Operating systems from Apple are considered to be relatively safe, because rarely the world is circulating information that someone has released a virus or spyware that would massively infect computers with macOS or iOS mobile devices. However, this does not mean that the Apple software is flawless and 100% secure. This was demonstrated by the recent exploit, which easily steals passwords from the latest MacOS High Sierra.

Keychain is a very handy password manager built into Apple systems. It not only memorizes passwords for accounts of our web sites, but also Wi-Fi networks. It can also be used by applications, but access to passwords will only be granted after the user enters the password. However, today’s exploit does this without the user’s knowledge. It is also not cheap, as the passwords in the Keychain are encrypted with the AES-256 algorithm. So it would seem that they are completely safe.

Exploit was developed by Patrick Wardle, a former NSA employee, current head of research at Synack.

As evidence, he posted a video showing the exploit’s behaviour. All you have to do is install the infected application. Then, it connects to the attacker’s computer and downloads a list of Keychain passwords with one click. Everything is saved to an explicit text file and uploaded to the server. You do not even know that something suspicious happens.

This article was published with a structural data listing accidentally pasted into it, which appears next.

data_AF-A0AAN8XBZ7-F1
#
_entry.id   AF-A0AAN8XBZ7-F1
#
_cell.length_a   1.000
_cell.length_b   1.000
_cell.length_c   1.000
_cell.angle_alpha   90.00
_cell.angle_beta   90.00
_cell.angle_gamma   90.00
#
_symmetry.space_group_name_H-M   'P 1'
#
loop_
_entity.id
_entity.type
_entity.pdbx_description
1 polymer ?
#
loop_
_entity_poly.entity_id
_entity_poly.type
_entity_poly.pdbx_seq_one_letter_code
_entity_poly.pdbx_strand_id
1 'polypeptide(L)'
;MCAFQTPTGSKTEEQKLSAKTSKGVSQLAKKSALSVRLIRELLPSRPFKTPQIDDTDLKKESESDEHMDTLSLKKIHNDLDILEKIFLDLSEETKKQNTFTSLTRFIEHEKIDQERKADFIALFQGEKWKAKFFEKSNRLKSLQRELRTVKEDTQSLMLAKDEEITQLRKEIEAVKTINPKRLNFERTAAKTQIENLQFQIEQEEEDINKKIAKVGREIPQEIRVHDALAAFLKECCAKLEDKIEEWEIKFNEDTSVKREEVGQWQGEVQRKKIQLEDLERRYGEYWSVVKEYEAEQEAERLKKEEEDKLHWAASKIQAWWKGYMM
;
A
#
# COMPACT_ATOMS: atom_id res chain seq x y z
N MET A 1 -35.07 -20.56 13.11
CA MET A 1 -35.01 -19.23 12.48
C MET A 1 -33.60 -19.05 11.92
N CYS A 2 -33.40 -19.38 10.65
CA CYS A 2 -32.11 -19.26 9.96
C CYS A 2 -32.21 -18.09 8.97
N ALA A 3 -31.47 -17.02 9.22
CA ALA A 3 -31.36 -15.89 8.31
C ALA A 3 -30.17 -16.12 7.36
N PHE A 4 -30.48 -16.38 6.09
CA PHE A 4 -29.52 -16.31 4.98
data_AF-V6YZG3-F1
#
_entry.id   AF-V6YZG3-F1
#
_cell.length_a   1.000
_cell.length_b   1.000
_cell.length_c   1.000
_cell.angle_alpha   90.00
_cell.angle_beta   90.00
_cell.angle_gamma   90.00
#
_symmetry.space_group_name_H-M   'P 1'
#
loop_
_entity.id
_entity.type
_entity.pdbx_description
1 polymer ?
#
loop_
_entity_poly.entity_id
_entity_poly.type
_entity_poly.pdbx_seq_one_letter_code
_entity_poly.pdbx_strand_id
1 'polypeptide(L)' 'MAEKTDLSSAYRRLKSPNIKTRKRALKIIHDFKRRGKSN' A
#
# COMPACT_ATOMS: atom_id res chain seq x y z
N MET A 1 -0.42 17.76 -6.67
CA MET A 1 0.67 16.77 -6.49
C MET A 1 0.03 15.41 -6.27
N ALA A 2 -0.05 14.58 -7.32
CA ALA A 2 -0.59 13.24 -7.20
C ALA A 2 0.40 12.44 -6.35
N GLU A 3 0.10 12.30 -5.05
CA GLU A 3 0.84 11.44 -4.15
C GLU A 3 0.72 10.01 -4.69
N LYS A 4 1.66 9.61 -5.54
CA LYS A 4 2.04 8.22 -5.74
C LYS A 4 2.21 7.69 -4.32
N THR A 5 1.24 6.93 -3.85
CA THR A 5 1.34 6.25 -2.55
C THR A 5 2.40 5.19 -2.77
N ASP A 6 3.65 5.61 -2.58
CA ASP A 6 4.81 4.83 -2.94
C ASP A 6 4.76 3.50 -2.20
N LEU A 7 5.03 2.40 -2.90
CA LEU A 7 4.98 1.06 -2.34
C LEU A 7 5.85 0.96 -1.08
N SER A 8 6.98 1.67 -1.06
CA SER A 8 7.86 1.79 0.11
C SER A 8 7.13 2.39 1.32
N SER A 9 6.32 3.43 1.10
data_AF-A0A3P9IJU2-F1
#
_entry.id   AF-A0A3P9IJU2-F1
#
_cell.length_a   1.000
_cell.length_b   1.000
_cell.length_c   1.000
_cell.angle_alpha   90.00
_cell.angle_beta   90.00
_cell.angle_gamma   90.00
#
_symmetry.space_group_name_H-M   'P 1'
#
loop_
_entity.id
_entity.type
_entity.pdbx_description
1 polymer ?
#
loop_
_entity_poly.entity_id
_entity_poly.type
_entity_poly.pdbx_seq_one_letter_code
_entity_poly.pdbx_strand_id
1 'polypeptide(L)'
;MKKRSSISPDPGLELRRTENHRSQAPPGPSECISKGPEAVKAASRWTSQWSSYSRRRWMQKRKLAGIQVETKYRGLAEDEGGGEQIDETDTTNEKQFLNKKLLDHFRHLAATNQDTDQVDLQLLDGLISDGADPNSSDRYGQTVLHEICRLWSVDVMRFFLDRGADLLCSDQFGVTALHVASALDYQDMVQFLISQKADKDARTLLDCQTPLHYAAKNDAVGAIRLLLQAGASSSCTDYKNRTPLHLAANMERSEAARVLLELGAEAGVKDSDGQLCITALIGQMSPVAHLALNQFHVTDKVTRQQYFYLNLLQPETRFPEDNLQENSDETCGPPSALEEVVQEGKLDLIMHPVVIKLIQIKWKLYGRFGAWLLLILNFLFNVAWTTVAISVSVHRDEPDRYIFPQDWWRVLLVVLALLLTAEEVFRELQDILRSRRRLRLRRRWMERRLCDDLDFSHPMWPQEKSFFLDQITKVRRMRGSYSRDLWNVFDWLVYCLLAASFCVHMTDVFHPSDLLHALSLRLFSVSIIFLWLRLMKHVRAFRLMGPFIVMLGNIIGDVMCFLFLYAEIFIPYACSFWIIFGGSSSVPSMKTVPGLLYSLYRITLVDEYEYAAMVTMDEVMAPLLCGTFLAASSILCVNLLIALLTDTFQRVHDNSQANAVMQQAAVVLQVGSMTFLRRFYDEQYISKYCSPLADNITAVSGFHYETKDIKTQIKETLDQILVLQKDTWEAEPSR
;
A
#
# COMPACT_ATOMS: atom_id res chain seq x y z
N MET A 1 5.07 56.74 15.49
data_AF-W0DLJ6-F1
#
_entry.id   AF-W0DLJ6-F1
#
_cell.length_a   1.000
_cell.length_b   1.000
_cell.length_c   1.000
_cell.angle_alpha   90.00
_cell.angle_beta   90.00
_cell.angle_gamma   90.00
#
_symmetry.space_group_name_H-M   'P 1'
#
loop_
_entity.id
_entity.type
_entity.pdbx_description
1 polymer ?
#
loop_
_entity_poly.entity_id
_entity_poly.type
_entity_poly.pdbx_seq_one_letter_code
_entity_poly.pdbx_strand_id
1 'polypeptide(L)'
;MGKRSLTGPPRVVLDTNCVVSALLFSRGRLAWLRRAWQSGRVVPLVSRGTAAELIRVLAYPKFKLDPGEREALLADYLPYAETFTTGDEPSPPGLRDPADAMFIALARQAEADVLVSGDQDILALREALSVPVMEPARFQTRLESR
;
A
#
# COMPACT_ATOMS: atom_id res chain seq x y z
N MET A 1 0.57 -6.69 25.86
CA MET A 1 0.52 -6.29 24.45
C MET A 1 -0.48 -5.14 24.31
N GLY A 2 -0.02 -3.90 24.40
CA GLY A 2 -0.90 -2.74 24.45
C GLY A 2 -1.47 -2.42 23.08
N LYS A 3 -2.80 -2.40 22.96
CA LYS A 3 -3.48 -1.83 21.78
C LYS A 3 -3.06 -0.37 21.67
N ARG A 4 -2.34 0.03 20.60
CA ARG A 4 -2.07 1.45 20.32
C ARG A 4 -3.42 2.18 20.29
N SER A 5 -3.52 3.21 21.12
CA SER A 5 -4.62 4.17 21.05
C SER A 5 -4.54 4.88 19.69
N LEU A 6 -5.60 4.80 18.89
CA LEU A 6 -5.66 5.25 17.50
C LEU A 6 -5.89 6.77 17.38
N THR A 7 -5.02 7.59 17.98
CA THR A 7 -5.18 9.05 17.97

Patrick Wardle informed Apple about this issue on September 7, but the patch was not in the official macOS High Sierra version. Apple commented the situation on announcement, saying that the default configuration of macOS does not allow the installation of applications from untrusted sources. However, Patrick Wardle added that the required certificate can be obtained by joining the Apple Developer Program, whose membership costs $99 per year. Of course, people have come up with advice to not install the latest update from Apple, but this is not a solution. The same hole is also present in older macOS versions. Fortunately, you can easily avoid it. Just change the password to protect the Keychain that to be different from the user’s password. Then this exploit will not work. Patrick Wardle has stated that he will not publicize his exploit code until Apple fixes the hole.

Source: Ars Technica

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